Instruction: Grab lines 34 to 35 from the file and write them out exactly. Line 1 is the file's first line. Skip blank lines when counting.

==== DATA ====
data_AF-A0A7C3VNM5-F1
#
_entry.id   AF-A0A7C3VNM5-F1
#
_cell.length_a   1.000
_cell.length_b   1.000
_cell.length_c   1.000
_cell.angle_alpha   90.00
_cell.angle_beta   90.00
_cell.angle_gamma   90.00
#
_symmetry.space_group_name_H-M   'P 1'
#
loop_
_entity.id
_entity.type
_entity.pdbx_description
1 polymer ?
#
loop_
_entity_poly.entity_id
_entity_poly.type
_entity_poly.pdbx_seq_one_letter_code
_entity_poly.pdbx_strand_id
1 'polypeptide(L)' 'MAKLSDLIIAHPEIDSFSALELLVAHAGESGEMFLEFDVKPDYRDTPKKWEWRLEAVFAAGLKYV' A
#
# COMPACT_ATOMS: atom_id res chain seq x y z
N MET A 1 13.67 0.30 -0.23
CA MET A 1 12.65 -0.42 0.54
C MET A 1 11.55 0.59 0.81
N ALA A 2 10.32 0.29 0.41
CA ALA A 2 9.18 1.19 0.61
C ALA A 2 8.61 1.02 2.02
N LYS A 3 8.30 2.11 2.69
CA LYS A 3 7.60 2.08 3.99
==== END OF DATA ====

N LYS A 3 8.30 2.11 2.69
CA LYS A 3 7.60 2.08 3.99